Iberia is the ancient name for the Peninsula that includes Portugal and Spain and well, as we all know, delicious food and flavors hail from that part of the world. Thanks to Iberia Tavern and Restaurant located at 80-84 Ferry Street, locals were able to get a taste of it right in Newark. The massive eatery introduced Portuguese and Spanish cuisine to the area in 1926, and over the years, Iberia began its journey as a small tavern and luncheonette and had grown into the largest restaurant in Newark all while securing a regionally renowned reputation. From locals to tourists, Iberia was a staple in the community. Recently, this restaurant sadly announced that it has closed its doors as of June 4th, 2023, as its owners Ilda Loureiro and Jorge Fernandes are retiring. Read on for more about Iberia and what we will miss about this beloved Ironbound spot.
A Brief Backstory
Iberia Tavern is the older brother of the Iberia Peninsula located at the heart of Newark’s Ironbound section at 80-84 Ferry Street. When the demand for Iberia Tavern outweighed the capacity of the space, Iberia Peninsula, the extension of the restaurant was born. The entire restaurant dominated two full blocks.
Iberia specialized in traditional Portuguese and Spanish dishes. The menu was extensive, the portions were extremely generous, and the affordable prices always kept customers coming back for more. The menu was very meat and seafood forward.
Patrons could find classic dishes like chorizo (Portguese sausage) and paella, one of the best-known dishes in Spanish cuisine that consists of rice, beans, seafood, vegetables, and various livestock meats depending on the region.
The restaurant was known for its rodizio (Portugese-style all-you-can-eat) options. The waiter would bring you skewers of barbequed chicken, filet mignon, pork, turkey, ribs, sausage, and more until you say stop.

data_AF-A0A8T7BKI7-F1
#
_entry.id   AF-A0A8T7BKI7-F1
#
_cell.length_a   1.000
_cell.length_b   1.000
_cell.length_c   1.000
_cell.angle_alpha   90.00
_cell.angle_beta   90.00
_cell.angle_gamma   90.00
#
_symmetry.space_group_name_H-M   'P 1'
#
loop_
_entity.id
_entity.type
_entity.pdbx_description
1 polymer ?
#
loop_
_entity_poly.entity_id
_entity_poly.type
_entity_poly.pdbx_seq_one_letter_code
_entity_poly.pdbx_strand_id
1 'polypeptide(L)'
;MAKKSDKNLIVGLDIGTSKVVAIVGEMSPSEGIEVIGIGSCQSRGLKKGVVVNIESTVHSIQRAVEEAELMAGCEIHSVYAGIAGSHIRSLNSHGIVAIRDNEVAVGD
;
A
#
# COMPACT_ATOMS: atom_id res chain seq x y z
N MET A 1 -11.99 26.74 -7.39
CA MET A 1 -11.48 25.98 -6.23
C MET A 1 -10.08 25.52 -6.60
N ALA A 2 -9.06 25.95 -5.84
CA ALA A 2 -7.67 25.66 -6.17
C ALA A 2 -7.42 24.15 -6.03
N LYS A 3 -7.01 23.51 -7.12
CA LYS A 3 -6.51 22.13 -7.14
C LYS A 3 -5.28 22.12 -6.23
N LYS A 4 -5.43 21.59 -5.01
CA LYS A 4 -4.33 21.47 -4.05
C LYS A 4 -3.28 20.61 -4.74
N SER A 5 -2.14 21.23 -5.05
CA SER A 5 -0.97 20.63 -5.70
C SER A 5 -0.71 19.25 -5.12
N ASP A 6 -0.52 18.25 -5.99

The Parrilhada dish was another popular dish amongst parties, as it feeds two to three people. The dish was prepared with lobster, jumbo shrimp, clams, mussels, garlic shrimp, calamari, flounder, and saffron rice — and whole lobsters, 1-6 pounds, 24-ounce lobster tails.
Appetizers ranged from a shrimp cocktail to an octopus salad (a full salad menu was also available). With 16 seafood entree options, it was overwhelming to just pick one (in a good way), but classics like the broiled salmon filet and grilled shrimp platter were go-to’s.
The meat section of the menu boasted over 10 entrees as well. Naturally, there was steak options, as well as pork, and chicken. The boneless broiled sirloin steak with shrimp was a solid option. Barbeque options included pork baby back ribs, Portuguese-style BBQ chicken, and more. For pasta, Iberia kept it simple with two options, linguine with clams or shrimp in garlic sauce.
There was a full-service bar both inside and outside with an impressive selection of Spanish and Portuguese wines, as well as vino from France, Italy, Chile, and Australia and domestic vintages from California. The sangria is a fan-favorite and paired well with any meal on the menu.
The restaurant had a casual vibe with an upscale design and was well-known for its resemblance to a Renaissance castle (and for a feeling like you’re stepping back in time!). There were cathedral-style ceilings, large barbeque pits, and exposed brick walls draped in nautical decor.
Both the indoor and outdoor eating areas were spacious. There was a main-level dining room and two large banquet rooms above and below the main restaurant for private parties that can accommodate close to 300 patrons.
During the warmer months, the outdoor dining area was in full swing with close to 100 tables that vary in size, access to TVs to watch all of the biggest sporting events (soccer is the restaurant staff’s favorite sport), and occasional live music performances.